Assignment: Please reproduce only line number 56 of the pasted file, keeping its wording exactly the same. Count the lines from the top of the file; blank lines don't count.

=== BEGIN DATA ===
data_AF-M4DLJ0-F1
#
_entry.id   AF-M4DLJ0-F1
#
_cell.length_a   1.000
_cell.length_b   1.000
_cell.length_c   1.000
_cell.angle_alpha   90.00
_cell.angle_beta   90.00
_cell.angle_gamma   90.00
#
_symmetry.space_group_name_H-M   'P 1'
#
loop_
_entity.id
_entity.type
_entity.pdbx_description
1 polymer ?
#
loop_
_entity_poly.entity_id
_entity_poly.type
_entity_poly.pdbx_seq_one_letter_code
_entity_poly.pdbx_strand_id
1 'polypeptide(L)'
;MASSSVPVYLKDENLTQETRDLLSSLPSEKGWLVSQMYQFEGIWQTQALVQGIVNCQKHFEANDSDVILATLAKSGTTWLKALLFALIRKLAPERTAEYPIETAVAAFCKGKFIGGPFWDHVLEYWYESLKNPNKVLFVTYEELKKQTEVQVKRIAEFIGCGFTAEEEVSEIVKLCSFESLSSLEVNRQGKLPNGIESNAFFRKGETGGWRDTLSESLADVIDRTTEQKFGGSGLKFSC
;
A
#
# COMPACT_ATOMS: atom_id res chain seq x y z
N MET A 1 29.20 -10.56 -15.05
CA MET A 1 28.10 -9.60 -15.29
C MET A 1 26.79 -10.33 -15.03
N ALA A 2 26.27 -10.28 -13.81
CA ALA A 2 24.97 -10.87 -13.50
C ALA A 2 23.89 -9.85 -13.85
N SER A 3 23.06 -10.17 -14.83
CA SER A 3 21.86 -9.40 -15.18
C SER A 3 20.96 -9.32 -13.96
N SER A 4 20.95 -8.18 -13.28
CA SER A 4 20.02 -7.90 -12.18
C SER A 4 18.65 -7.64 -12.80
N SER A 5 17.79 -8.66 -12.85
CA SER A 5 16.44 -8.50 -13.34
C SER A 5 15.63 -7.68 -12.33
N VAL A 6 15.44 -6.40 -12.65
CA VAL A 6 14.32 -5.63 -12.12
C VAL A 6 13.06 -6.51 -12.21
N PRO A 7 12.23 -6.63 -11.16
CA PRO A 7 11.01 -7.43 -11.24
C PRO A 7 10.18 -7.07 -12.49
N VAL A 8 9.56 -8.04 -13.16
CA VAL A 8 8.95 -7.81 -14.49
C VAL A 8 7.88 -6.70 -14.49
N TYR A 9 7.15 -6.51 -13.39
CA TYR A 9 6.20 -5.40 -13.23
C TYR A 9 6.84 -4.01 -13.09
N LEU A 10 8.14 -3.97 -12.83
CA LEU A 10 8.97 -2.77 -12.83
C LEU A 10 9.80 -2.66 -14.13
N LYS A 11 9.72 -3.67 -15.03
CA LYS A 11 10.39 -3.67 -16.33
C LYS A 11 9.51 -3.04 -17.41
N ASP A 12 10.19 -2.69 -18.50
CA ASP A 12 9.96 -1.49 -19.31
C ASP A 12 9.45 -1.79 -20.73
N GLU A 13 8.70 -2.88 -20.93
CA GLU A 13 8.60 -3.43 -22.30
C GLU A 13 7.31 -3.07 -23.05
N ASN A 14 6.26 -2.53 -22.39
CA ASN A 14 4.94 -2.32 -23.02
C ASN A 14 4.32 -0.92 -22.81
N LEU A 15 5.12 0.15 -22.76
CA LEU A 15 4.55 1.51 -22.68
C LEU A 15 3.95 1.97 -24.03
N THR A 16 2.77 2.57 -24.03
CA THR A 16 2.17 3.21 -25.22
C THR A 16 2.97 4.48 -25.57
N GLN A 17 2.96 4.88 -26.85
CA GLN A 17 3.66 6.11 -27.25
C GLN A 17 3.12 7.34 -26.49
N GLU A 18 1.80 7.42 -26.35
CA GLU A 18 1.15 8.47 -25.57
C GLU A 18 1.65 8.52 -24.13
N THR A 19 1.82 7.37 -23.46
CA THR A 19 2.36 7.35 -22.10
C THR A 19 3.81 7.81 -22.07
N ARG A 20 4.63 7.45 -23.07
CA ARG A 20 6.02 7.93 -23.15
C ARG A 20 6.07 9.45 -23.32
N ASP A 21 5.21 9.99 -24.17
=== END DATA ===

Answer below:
CA TYR A 9 6.20 -5.40 -13.23